"If you measure peoples cardiovascular arousal responses or startle brain waves (using electroencephalography), you see that people's physiological shock responses to violent images are dampened in those people who've just been playing a violent video game," said Bushman.

But, he argued, desensitization to violence and trauma can be an important adaptive strategy for people whose work involves frequent exposure to traumatic events, like soldiers, aid workers and doctors.

The problem arises when this desensitization is detected in the "ordinary" population.

"This adaptation is one of the mechanisms that actually drives further aggression and violence in society," said Bushman, referring to research showing how conflict in Israel and Palestine escalates violence in children.

Compassion fatigue toward refugees

Yasmin Aldamen, at Ibn Haldun University in Istanbul, emphasized the dangers of how compassion fatigue can lead to greater violence and hate speech in society. Aldamen's research focuses on the impact compassion fatigue and negative media representations have on Syrian refugees in Turkey and Jordan.

"We found that framing negative images and messages of refugees in the media opens the door for audiences to lose empathy for them or even have hatred for refugees," Aldamen told DW.

Sadly, this is not new or surprising. Violence toward refugees and migrants has existed as long as humans have fled conflict and been transplanted. But what is new is how quickly media and social media can drive compassion fatigue and subsequent hate speech and racism.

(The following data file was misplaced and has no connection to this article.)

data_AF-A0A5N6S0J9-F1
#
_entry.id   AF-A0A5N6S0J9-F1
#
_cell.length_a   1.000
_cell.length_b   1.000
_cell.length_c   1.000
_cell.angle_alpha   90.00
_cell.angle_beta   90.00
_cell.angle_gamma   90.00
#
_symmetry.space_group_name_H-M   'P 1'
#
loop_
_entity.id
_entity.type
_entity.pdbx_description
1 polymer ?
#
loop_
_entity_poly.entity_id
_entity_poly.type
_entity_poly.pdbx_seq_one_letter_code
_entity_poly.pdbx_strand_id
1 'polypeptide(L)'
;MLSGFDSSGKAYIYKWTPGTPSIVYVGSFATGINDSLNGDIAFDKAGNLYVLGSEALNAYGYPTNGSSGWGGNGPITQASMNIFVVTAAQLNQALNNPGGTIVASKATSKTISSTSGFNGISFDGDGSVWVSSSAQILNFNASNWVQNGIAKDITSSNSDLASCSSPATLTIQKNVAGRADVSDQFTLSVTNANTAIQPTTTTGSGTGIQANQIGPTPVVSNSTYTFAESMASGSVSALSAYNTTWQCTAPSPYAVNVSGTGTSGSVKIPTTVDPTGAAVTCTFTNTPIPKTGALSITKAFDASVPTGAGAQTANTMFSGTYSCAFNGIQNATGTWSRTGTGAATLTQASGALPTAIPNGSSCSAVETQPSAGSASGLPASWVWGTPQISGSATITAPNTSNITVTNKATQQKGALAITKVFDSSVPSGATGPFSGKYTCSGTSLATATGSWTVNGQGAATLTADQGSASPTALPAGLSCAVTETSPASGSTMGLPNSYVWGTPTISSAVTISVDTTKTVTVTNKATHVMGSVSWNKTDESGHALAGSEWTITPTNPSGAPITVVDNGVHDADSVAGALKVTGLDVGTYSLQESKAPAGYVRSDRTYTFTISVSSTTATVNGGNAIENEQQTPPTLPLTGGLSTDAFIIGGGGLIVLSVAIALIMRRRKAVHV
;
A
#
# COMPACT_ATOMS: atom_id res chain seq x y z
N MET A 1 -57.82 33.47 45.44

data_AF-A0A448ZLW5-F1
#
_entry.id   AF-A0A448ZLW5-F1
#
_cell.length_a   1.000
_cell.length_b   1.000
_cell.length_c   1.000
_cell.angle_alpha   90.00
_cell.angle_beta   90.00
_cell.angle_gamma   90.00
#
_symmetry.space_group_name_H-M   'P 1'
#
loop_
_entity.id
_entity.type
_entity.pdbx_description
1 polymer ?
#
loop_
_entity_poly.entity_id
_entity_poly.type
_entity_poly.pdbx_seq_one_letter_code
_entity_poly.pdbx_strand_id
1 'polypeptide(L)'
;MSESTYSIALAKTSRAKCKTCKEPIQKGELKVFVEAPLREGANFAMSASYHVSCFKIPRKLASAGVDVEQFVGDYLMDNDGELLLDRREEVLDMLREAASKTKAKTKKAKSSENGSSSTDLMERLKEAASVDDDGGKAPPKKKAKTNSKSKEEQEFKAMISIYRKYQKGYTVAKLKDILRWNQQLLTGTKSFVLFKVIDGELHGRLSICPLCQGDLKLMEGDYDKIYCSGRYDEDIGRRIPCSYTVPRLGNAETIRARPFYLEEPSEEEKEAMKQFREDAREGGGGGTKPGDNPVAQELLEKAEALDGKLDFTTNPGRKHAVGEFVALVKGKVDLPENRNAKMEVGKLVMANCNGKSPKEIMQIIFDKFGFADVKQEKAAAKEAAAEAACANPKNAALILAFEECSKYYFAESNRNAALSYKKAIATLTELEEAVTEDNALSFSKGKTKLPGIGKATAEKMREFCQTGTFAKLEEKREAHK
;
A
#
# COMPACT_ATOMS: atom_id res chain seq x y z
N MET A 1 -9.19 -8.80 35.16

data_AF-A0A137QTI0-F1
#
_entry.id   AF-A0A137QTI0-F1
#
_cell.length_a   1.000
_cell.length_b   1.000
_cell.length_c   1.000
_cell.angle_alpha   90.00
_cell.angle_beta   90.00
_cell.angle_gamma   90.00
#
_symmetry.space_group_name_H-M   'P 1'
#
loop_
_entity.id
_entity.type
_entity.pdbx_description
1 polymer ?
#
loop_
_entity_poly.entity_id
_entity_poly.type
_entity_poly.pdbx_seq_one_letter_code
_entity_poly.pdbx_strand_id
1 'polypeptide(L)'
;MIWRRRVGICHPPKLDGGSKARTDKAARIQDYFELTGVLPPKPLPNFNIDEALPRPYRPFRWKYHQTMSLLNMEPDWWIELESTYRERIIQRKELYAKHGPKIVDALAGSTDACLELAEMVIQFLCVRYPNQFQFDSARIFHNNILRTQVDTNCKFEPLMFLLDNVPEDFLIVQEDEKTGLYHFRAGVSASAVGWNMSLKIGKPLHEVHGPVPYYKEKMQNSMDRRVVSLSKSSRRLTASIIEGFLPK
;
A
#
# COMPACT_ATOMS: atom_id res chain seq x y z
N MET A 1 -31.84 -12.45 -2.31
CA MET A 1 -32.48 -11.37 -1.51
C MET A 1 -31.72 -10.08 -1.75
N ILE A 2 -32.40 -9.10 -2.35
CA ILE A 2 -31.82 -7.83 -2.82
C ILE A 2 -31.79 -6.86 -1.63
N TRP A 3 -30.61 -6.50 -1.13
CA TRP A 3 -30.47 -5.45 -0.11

It's something we see time and time again, after refugees fleeing the Taliban takeover of Afghanistan, with the crisis in Ukraine and with refugees fleeing conflict and climate change in North Africa.

"There's evidence showing that people give less aid money after a disaster over time. It's already happening with the earthquake in Turkey and Syria," said Roberts of Universidade Catolica Portuguesa.

Astoun, a former refugee, helps a refugee
Astoun, a former refugee from Syria, now works as a rescue workerImage: Michael Bunel for Infomigrants

Compassion fatigue is temporary and can be reversed

Compassion fatigue can be reversed, according to Roberts and Aldamen. They say you can rebuild your capacity for compassion over time.

"We can use social media to create empathy and compassion between people. In our research, we looked at Humans of New York, where a guy focused on the positive and relatable stories of people's lives, instead of their trauma. It helped to create great empathy, " Roberts told DW.

Aldamen has a similar mission. She is calling for media outlets and people on social media to change the way they represent refugees and other vulnerable populations.

"My study recommends reporting of the Syrian refugee crisis (and other crises) from a more humanistic perspective. Media outlets need to display some of the more positive stories from the refugee crisis to ensure that people do not suffer compassion fatigue to exposure to tragic stories," Aldamen told DW.

She also said it's important for news articles to involve calls to action on individuals or policymakers so readers can help those in need rather than observing a crisis they feel cannot be solved.

Here's how to donate to earthquake aid efforts in Turkey and Syria.

Edited by: Clare Roth

Correction, February 20, 2023: An earlier version of this article misspelled the name of Yasmin Aldamen. DW apologizes for the error.

DW journalist Fred Schwaller wears a white T-shirt and jeans.
Fred Schwaller Science writer fascinated by the brain and the mind, and how science influences society@schwallerfred